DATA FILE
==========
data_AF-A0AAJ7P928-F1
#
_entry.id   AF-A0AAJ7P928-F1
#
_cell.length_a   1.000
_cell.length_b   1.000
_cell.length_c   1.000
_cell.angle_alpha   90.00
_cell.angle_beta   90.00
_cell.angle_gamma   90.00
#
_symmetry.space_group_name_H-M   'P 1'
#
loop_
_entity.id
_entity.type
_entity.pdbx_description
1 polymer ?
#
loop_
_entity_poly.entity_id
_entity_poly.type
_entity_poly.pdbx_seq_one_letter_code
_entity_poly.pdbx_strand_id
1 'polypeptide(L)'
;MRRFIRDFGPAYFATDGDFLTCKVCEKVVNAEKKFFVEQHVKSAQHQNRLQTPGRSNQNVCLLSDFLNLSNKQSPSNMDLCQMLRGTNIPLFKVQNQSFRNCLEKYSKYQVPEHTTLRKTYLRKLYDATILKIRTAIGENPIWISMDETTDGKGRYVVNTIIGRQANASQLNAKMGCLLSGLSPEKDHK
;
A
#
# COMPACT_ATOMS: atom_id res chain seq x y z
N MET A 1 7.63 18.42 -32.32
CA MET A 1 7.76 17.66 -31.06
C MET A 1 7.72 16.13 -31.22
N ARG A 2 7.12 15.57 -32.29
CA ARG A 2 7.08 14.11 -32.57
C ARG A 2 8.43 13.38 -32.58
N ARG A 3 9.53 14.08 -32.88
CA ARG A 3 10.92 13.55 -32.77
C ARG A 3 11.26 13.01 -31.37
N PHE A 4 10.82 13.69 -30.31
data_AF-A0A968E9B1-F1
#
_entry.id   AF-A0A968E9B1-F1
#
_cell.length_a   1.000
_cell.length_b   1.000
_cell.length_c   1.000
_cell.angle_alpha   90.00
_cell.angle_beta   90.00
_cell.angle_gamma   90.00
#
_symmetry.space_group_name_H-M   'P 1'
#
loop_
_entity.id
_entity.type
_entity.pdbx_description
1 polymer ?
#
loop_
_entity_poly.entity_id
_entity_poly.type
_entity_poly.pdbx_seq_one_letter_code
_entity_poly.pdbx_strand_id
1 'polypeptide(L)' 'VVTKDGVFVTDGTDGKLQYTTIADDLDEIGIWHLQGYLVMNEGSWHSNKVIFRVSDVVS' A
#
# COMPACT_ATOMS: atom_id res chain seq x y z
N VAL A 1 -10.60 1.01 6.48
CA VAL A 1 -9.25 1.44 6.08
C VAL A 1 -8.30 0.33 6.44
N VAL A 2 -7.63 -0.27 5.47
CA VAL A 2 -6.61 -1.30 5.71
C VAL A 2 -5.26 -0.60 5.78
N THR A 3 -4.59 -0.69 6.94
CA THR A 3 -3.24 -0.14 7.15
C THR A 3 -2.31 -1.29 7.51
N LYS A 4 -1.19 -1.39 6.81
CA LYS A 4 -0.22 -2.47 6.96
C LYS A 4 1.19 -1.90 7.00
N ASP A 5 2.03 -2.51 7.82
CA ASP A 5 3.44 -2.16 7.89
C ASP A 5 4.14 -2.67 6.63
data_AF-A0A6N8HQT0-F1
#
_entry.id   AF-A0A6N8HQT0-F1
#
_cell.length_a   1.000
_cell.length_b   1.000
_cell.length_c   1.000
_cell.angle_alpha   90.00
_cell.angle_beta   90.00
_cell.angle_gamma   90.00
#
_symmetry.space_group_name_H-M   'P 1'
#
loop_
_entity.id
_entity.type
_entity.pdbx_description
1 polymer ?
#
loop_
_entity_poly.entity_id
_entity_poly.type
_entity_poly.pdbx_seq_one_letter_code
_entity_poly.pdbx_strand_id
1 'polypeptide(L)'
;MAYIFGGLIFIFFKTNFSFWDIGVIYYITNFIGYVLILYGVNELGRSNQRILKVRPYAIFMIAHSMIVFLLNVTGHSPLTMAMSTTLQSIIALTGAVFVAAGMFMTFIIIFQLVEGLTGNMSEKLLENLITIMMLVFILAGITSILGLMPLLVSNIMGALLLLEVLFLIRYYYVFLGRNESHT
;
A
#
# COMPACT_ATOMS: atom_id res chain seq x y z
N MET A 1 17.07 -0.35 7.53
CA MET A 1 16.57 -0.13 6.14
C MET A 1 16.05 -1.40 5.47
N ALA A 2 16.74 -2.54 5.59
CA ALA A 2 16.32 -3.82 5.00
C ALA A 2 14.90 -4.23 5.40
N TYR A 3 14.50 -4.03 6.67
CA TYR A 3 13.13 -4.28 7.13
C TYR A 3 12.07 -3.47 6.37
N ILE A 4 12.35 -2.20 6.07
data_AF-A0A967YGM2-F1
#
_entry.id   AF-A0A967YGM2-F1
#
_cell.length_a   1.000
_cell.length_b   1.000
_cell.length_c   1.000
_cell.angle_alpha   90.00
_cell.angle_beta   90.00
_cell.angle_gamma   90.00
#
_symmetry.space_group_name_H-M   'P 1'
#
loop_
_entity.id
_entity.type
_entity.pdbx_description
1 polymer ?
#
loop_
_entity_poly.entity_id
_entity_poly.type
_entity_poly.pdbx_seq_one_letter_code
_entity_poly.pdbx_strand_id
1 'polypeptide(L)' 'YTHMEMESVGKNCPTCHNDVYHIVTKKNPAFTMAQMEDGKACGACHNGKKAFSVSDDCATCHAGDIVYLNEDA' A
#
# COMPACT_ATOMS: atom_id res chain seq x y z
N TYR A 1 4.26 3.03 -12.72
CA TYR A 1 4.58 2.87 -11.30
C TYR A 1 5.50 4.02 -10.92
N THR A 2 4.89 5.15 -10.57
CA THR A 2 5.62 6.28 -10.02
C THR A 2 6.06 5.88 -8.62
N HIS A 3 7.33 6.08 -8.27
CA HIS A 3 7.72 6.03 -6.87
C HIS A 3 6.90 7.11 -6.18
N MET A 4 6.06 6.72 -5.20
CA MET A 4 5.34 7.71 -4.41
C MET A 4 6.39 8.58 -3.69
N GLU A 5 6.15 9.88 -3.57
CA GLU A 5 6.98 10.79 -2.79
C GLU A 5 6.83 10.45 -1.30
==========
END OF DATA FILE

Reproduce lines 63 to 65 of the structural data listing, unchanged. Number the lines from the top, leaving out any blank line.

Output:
_entity_poly.pdbx_seq_one_letter_code
_entity_poly.pdbx_strand_id
1 'polypeptide(L)' 'VVTKDGVFVTDGTDGKLQYTTIADDLDEIGIWHLQGYLVMNEGSWHSNKVIFRVSDVVS' A